Phenotypic detection of MBLs

All imipenem and meropenem-resistant isolates were examined for MBL production using the Modified Hodge test (MHT) and Epsilometer test (E-test) MBL strips. The MHT was carried out according to CLSI guidelines using a 10μg disc of ertapenem on Muller–Hinton agar plates. Following overnight incubation, the presence of a “cloverleaf shaped” inhibition zone was interpreted as a positive result10. E. coli ATCC® 25922™ was used as the carbapenem-susceptible strain. The detection of MBLs was carried out using E-tests according to the manufacturer’s instructions (Liofilchem, Roseto degli Abruzzi, Italy). The E-test MBL strips contained imipenem (4 to 256 µg/ml) and imipenem (1 to 64 µg/ml)-EDTA combinations. A three-fold or greater reduction in imipenem MIC in the presence of EDTA was interpreted as the positive result. Furthermore, the presence of a “phantom” zone between the two gradient sections or a deformation of the imipenem ellipses was considered as a marker of MBL production11. Pseudomonas aeruginosa ATCC® 27853™ strain was used as a negative control.

Polymerase chain reaction (PCR) amplification and DNA sequencing

Genomic DNA was extracted using the DNA Extraction Kit (Sinaclon, Iran) according to the manufacturer’s directions. All carbapenem-resistant isolates were screened by standard PCR using specific primers for MBL genes (Table 1). Standard strains for blaVIM, blaIMP, and blaSPM genes were provided by the Pasteur Institute of Iran. PCR fragments were sequenced at Macrogen Inc. (Seoul, Korea). The sequences were then confirmed using the NCBI web site (

Ethics Statement

The Ethics Committee of the Faculty of Medical School, Isfahan University of Medical Sciences approved the study (no 290284), and the author group collected written informed consent from the patients.


Antimicrobial susceptibility test

The antimicrobial susceptibility results for all 112 isolates are summarized in Table 2. In total, 80.3 % (n =90) of the isolates were resistant to 3 or more antibiotics of different classes and were determined as multidrug resistant (MDR). High-level resistance to piperacillin, ceftazidime and ciprofloxacin was observed in 88.4 % (n =99), 83 % (n =93) and 63.4 % (n =71) of the isolates respectively.

From 112 K. pneumoniae isolates, a total number of 49 isolates were screened for carbapenemase production based on their reduced sensitivity to imipenem and meropenem.

MBL detection

From 49 carbapenem-resistant isolates, MHT indicated that 65.3% (32/49) of the isolates were carbapenemase-producers. Moreover, E-test MBL strips demonstrated that 10.2% (5/49) of the isolates were MBL-producers.

PCR screening for MBL-encoding genes and sequencing

PCR using specific primers for VIM, IMP, SPM and NDM-1 genes was performed on all the IMP-resistant isolates. A 291 bp fragment representing blaNDM-1 gene was amplified in 12.2% (n =6) of the isolates, including all those that were positive by the E-test MBL strips. Therefore, there was no false positive result for E-test MBL strips. However, there was one MBL-positive isolate that was negative for the E-test MBL strips. Alignment of the blaNDM-1 PCR fragment sequence with other blaNDM-1 sequences displayed on the GenBank database revealed a 97-100% similarity. We submitted two nucleotide sequences of blaNDM-1 gene, determined in this study, to the GenBank nucleotide sequence database under the accession numbers of KF734093 and KF734094. The characteristics of the MBL positive isolates are summarized in Table 3.


The current emergence of carbapenemase-producing bacteria represents a major threat to the clinical application of all beta-lactam antibiotics6. The clinical significance of bacteria possessing an MBL gene is their ability to hydrolyze β-lactams.

MBL genes are also often associated with aminoglycoside resistant genes, and thus, these bacteria are often co-resistant to aminoglycosides, further compromising therapeutic regimes13,14.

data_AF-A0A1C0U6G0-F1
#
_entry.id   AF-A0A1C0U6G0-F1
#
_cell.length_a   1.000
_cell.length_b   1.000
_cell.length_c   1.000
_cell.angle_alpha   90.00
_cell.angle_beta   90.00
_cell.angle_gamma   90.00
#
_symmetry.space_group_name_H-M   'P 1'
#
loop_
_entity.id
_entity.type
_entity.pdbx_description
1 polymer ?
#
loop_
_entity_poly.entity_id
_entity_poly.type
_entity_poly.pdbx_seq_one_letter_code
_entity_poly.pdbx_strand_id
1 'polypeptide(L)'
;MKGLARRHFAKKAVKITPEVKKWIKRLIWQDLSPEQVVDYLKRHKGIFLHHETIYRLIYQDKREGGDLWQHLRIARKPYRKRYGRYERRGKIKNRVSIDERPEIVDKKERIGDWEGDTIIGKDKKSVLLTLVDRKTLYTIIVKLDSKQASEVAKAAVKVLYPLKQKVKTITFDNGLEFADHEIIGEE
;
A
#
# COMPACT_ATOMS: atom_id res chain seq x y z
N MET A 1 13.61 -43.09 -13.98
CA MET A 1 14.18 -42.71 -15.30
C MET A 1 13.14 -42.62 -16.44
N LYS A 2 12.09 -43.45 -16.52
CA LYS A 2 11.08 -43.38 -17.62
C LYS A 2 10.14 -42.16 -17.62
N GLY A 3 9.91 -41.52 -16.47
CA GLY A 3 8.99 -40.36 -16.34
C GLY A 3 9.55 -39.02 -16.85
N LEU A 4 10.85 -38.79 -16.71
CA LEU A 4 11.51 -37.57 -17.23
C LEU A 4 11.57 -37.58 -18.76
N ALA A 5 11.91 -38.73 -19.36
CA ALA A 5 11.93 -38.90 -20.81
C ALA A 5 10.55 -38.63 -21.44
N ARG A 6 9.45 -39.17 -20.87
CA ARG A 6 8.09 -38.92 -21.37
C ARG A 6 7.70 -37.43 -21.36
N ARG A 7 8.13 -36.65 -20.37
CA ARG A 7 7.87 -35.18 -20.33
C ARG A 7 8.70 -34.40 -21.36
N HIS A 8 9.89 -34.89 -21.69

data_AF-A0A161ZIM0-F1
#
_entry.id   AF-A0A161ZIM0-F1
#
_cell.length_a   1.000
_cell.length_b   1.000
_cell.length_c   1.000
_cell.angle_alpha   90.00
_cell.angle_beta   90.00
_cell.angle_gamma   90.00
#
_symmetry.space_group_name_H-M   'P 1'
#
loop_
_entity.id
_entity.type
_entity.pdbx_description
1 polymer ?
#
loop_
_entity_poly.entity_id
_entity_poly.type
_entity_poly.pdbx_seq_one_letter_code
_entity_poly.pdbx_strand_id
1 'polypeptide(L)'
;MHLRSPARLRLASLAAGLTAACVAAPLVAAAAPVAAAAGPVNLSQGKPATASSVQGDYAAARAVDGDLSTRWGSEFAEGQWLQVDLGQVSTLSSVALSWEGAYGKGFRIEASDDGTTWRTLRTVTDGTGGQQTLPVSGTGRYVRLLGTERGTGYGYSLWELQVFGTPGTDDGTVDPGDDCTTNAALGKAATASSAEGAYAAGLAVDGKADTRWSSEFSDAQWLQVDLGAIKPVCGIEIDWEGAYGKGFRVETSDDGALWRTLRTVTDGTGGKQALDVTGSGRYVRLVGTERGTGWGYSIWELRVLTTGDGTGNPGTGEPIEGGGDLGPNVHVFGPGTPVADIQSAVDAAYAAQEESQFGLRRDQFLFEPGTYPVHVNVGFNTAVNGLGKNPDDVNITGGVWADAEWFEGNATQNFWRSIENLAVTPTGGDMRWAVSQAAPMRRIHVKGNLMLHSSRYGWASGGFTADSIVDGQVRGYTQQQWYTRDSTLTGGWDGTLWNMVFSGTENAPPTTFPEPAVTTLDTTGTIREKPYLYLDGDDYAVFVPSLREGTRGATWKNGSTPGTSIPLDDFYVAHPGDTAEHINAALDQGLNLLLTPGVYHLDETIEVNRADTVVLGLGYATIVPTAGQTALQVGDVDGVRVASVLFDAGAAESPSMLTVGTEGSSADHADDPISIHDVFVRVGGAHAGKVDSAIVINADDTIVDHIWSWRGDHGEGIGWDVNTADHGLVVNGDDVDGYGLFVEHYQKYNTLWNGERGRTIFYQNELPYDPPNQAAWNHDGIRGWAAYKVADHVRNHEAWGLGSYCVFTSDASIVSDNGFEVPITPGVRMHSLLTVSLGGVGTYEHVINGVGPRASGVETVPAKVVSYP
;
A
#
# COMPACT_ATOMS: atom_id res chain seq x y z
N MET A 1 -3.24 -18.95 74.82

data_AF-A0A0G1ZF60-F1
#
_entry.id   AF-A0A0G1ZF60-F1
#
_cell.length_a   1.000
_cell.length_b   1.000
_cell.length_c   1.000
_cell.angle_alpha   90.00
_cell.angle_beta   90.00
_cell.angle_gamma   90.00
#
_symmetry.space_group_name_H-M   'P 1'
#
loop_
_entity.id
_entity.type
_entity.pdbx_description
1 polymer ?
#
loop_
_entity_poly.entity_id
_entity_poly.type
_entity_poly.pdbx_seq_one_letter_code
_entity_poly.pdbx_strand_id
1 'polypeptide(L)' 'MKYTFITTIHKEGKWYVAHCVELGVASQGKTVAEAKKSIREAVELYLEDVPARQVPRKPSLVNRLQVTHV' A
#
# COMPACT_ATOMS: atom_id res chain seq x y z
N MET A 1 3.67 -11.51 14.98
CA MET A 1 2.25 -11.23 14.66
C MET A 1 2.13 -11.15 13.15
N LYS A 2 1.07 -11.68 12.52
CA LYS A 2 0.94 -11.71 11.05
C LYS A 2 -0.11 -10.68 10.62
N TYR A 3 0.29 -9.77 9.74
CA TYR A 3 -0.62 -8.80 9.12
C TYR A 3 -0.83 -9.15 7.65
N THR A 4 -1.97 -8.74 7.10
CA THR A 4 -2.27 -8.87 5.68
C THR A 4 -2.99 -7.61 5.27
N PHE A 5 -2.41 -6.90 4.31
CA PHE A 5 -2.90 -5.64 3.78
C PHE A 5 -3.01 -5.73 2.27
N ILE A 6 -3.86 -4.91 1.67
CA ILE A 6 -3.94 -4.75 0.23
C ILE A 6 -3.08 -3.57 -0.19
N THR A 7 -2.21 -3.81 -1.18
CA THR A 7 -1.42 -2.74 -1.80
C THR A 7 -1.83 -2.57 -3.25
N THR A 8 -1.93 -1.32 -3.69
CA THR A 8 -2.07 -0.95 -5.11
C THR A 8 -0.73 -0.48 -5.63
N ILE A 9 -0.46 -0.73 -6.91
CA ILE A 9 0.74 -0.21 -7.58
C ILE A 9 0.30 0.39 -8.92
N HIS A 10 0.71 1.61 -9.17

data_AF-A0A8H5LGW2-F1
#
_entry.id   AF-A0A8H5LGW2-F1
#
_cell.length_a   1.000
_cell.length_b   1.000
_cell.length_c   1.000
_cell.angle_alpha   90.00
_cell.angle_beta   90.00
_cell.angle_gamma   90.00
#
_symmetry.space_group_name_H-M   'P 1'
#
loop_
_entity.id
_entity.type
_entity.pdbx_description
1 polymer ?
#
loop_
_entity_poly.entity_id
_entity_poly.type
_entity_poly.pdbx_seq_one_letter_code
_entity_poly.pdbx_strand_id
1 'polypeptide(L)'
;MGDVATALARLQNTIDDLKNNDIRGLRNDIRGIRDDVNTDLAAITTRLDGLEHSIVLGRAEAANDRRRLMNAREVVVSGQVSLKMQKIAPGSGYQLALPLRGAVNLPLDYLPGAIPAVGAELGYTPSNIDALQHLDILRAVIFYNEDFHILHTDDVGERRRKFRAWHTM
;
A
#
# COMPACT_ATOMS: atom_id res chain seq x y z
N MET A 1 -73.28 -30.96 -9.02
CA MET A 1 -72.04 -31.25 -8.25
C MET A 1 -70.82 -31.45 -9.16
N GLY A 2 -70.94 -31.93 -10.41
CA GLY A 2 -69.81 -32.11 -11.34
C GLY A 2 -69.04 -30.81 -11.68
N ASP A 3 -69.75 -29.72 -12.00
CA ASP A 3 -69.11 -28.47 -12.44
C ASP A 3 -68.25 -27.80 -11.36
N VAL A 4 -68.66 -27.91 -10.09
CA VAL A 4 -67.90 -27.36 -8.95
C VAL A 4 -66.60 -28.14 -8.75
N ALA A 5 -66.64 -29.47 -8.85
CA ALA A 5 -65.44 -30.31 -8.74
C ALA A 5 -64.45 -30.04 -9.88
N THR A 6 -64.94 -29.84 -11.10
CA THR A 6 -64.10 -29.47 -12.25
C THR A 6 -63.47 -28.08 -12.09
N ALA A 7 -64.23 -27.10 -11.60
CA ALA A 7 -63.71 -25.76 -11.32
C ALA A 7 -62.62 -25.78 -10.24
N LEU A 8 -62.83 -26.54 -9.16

In recent years, detection of MBLs and other antibiotic resistance genes among Gram-negative bacilli has been reported worldwide. The presence of MBL genes on mobile genetic elements, such as integrons and plasmids helps their widespread dissemination and is a serious concern in nosocomial infection control15,16.

Nowadays, K. pneumoniae is recognized as an important reservoir for a variety of resistance determinants including β-lactamases, such as KPC (K. pneumoniae carbapenemase) and metallo-β-lactamases VIM, IMP, and NDM17. In this study, PCR results demonstrated that 6 out of 49 (12%) carbapenem-resistant isolates expressed the New Delhi metallo-beta-lactamase, five of which were also positive by the MHT and E-test MBL strips. This is the second report on the detection of NDM-1 in Iran. It was first reported by Shahcheraghi et al in 2012 during a study on Enterobacteriaceae family isolates collected from five hospitals in Tehran. Shahcheraghi et al detected a K. pneumoniae isolate carrying blaNDM-118. The data obtained in this study indicate that the results of MBL detection using phenotypic tests and PCR correspond to the findings of other studies, such as Ikonomidis, Kassis-Chikhani, Psichogiou, Roy and Nordmann19-23. Previous studies showed that the sensitivity of MBL-producing isolates to carbapenems varied from intermediate to resistant. However, all the isolates in this study that expressed blaNDM-1 were completely resistant to imipenem and meropenem with MICs >256 for imipenem.

NDM-1 is an Ambler class B beta-lactamase that confers resistance to all β-lactams except aztreonam. In this study, isolates harboring NDM-1 were resistant to all tested antibiotics, including aztreonam. This may probably indicate the simultaneous presence of other antibiotic resistance mechanisms in these isolates. The NDM-1-encoding gene can spread from one strain of bacteria to another by horizontal gene transfer and moreover, plasmids possessing the bla NDM gene often carry other resistance genes including: ESBLs and 16SrRNA methylase genes (armA, rmtA, rmtB, rmtC, rmtD, rmtE, rmtFand npmA), conferring resistance to all β-lactams and aminoglycosides. Therefore, the early detection of NDM-1 producing bacteria causing clinical infections and/or colonization is essential to prevent their spread24-26. Some studies have suggested the use of tigecycline and colistin as the only available options for the treatment of infections caused by MBL- or KPC-producing Gram-negative bacilli. However, reports of the emergence of colistin and tigecycline-resistant isolates and also unfavorable pharmacokinetics and toxic side-effects of these antibiotics, may limit their use18. Recently, FIM-1 (Florence Imipenemase), a new type of acquired MBL was detected in a multidrug-resistant P. aeruginosa clinical isolate in Florence, Italy. This novel MBL enzyme has 40% amino acid similarity to the NDM enzyme27.